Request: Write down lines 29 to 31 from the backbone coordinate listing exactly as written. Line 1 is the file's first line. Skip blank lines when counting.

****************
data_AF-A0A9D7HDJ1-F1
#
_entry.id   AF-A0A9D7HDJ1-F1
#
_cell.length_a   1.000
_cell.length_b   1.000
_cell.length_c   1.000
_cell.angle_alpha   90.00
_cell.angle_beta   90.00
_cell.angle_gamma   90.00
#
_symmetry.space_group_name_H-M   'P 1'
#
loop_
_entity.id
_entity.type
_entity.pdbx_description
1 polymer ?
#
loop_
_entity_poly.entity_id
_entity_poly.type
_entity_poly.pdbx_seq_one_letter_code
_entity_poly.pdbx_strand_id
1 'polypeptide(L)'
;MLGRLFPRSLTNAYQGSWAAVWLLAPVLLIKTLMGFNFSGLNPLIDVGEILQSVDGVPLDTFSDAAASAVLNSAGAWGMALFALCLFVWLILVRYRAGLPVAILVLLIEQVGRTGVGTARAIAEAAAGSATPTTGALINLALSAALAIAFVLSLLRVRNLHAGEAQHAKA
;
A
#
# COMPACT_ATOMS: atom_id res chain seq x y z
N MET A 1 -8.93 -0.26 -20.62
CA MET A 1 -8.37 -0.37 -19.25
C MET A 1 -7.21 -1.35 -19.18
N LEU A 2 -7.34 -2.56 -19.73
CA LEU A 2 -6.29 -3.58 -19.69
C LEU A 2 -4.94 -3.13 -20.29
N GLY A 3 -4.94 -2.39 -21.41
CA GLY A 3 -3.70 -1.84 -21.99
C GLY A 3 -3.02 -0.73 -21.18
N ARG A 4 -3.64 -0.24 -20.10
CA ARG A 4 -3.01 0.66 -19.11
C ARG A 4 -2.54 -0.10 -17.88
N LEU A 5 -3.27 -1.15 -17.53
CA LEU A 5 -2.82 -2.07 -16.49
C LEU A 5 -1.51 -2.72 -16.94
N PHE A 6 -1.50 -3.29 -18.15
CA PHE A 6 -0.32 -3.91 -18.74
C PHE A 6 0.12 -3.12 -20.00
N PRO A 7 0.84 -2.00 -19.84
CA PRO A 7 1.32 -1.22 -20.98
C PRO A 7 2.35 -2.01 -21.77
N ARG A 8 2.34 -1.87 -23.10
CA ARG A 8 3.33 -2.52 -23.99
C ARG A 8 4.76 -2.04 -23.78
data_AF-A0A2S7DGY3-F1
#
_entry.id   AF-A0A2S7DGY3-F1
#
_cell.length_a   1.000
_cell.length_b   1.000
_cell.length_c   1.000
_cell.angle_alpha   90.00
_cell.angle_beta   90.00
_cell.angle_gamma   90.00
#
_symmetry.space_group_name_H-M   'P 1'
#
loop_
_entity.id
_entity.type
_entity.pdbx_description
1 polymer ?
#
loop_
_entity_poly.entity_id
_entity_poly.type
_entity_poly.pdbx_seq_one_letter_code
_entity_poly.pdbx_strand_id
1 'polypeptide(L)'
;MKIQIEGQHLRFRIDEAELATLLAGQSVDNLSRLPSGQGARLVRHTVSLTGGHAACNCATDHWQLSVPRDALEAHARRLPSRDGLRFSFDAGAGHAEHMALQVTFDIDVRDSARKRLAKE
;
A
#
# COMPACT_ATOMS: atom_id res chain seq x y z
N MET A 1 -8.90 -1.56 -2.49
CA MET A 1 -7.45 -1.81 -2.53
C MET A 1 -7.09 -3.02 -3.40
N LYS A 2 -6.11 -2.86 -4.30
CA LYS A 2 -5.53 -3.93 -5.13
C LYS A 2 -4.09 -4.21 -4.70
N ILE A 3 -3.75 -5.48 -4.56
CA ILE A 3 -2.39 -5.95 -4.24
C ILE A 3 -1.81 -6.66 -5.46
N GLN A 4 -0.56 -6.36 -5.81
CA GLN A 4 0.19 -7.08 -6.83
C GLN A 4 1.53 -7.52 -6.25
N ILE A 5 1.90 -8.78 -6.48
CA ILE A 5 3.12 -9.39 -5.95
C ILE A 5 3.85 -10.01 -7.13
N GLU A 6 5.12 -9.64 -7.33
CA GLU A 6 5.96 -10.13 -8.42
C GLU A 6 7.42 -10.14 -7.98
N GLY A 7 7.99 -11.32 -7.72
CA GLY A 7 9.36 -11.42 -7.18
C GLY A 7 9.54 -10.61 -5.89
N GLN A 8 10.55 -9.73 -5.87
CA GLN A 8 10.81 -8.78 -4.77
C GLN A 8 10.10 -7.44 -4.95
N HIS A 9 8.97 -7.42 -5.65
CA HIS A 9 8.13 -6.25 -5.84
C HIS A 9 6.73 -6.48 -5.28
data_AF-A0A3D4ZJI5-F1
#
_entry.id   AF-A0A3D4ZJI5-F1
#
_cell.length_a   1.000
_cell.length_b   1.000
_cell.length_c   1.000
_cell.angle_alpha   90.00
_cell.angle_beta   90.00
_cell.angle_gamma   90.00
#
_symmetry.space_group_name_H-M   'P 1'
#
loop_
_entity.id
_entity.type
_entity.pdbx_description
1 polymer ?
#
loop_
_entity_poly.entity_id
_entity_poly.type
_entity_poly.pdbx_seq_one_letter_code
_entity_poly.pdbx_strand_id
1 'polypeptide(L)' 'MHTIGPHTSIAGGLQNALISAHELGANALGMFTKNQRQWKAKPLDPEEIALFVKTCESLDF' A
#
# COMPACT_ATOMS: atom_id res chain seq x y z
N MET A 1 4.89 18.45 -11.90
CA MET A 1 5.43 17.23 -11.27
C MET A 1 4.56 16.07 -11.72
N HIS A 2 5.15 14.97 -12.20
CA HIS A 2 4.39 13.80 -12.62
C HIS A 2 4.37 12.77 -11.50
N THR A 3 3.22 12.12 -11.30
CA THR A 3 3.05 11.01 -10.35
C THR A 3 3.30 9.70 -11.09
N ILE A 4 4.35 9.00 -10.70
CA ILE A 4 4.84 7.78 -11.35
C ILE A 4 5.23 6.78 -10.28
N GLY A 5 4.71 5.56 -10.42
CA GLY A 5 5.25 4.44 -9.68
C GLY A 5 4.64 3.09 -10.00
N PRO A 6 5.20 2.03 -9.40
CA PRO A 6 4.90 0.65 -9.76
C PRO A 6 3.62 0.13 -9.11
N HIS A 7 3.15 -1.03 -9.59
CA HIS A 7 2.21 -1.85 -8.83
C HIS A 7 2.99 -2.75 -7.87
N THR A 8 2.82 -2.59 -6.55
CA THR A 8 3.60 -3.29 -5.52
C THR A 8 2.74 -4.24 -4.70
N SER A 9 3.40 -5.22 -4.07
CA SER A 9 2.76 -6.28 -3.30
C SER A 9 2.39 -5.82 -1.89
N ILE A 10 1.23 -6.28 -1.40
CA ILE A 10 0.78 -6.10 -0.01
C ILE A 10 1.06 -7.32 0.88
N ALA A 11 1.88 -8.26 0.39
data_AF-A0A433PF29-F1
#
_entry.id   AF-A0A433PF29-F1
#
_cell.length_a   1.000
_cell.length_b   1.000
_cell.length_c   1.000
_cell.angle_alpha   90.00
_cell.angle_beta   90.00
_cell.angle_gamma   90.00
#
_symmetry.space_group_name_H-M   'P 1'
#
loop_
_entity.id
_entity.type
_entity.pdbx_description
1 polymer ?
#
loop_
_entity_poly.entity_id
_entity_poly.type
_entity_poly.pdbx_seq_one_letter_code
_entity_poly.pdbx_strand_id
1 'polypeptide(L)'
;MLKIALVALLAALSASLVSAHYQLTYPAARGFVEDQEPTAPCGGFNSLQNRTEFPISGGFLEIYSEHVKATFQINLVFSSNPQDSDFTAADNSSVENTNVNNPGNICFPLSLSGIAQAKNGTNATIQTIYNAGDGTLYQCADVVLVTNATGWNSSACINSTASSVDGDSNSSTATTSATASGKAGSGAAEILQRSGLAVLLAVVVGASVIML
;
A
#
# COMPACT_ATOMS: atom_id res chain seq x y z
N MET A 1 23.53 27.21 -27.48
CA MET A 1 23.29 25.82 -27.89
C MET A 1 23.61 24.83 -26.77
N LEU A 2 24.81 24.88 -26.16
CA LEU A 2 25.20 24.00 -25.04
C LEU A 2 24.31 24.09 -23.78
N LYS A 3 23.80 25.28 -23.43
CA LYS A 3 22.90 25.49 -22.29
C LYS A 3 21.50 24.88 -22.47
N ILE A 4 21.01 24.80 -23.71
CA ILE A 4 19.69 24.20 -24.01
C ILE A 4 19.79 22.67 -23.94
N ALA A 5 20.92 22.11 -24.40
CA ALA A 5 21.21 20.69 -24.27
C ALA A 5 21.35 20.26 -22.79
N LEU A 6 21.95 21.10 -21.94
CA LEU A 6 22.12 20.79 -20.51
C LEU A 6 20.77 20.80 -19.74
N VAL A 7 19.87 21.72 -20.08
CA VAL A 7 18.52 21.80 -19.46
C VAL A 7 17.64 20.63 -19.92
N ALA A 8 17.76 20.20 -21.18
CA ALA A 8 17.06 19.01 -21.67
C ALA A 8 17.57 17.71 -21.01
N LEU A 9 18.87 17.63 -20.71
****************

#
# COMPACT_ATOMS: atom_id res chain seq x y z
N MET A 1 -8.93 -0.26 -20.62